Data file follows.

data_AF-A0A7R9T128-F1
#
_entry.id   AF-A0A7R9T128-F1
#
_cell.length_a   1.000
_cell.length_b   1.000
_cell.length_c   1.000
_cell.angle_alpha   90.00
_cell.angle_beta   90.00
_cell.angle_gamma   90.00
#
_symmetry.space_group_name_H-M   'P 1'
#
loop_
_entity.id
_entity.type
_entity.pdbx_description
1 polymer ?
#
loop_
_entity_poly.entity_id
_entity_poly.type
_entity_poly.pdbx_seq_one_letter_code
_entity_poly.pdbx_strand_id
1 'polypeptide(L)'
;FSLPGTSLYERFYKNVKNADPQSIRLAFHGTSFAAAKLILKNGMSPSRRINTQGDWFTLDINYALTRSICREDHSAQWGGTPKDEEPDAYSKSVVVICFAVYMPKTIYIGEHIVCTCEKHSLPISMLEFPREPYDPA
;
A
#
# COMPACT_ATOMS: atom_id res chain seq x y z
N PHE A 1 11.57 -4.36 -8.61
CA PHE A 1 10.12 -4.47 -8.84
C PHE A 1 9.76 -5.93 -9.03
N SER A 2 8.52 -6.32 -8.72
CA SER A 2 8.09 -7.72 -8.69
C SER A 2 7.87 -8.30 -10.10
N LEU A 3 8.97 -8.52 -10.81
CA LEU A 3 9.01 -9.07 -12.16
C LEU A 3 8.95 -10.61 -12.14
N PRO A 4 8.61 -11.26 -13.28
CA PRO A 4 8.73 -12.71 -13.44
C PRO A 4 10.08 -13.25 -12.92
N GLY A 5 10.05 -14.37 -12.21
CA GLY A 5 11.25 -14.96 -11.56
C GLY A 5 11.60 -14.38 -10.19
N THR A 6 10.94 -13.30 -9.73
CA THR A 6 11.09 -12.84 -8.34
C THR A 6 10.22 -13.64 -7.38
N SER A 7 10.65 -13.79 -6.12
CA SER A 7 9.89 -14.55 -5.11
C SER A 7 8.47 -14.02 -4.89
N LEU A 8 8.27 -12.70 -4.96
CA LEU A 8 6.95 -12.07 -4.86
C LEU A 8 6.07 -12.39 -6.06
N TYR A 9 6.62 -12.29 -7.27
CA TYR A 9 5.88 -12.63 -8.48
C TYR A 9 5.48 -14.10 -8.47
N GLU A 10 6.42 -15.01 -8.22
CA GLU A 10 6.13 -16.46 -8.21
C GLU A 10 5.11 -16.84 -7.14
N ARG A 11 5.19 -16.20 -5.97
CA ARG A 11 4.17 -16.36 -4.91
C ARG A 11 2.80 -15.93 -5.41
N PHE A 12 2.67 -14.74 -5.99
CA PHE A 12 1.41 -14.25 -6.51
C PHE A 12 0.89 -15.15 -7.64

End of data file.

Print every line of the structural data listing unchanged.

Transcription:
data_AF-A0A7R9T128-F1
#
_entry.id   AF-A0A7R9T128-F1
#
_cell.length_a   1.000
_cell.length_b   1.000
_cell.length_c   1.000
_cell.angle_alpha   90.00
_cell.angle_beta   90.00
_cell.angle_gamma   90.00
#
_symmetry.space_group_name_H-M   'P 1'
#
loop_
_entity.id
_entity.type
_entity.pdbx_description
1 polymer ?
#
loop_
_entity_poly.entity_id
_entity_poly.type
_entity_poly.pdbx_seq_one_letter_code
_entity_poly.pdbx_strand_id
1 'polypeptide(L)'
;FSLPGTSLYERFYKNVKNADPQSIRLAFHGTSFAAAKLILKNGMSPSRRINTQGDWFTLDINYALTRSICREDHSAQWGGTPKDEEPDAYSKSVVVICFAVYMPKTIYIGEHIVCTCEKHSLPISMLEFPREPYDPA
;
A
#
# COMPACT_ATOMS: atom_id res chain seq x y z
N PHE A 1 11.57 -4.36 -8.61
CA PHE A 1 10.12 -4.47 -8.84
C PHE A 1 9.76 -5.93 -9.03
N SER A 2 8.52 -6.32 -8.72
CA SER A 2 8.09 -7.72 -8.69
C SER A 2 7.87 -8.30 -10.10
N LEU A 3 8.97 -8.52 -10.81
CA LEU A 3 9.01 -9.07 -12.16
C LEU A 3 8.95 -10.61 -12.14
N PRO A 4 8.61 -11.26 -13.28
CA PRO A 4 8.73 -12.71 -13.44
C PRO A 4 10.08 -13.25 -12.92
N GLY A 5 10.05 -14.37 -12.21
CA GLY A 5 11.25 -14.96 -11.56
C GLY A 5 11.60 -14.38 -10.19
N THR A 6 10.94 -13.30 -9.73
CA THR A 6 11.09 -12.84 -8.34
C THR A 6 10.22 -13.64 -7.38
N SER A 7 10.65 -13.79 -6.12
CA SER A 7 9.89 -14.55 -5.11
C SER A 7 8.47 -14.02 -4.89
N LEU A 8 8.27 -12.70 -4.96
CA LEU A 8 6.95 -12.07 -4.86
C LEU A 8 6.07 -12.39 -6.06
N TYR A 9 6.62 -12.29 -7.27
CA TYR A 9 5.88 -12.63 -8.48
C TYR A 9 5.48 -14.10 -8.47
N GLU A 10 6.42 -15.01 -8.22
CA GLU A 10 6.13 -16.46 -8.21
C GLU A 10 5.11 -16.84 -7.14
N ARG A 11 5.19 -16.20 -5.97
CA ARG A 11 4.17 -16.36 -4.91
C ARG A 11 2.80 -15.93 -5.41
N PHE A 12 2.67 -14.74 -5.99
CA PHE A 12 1.41 -14.25 -6.51
C PHE A 12 0.89 -15.15 -7.64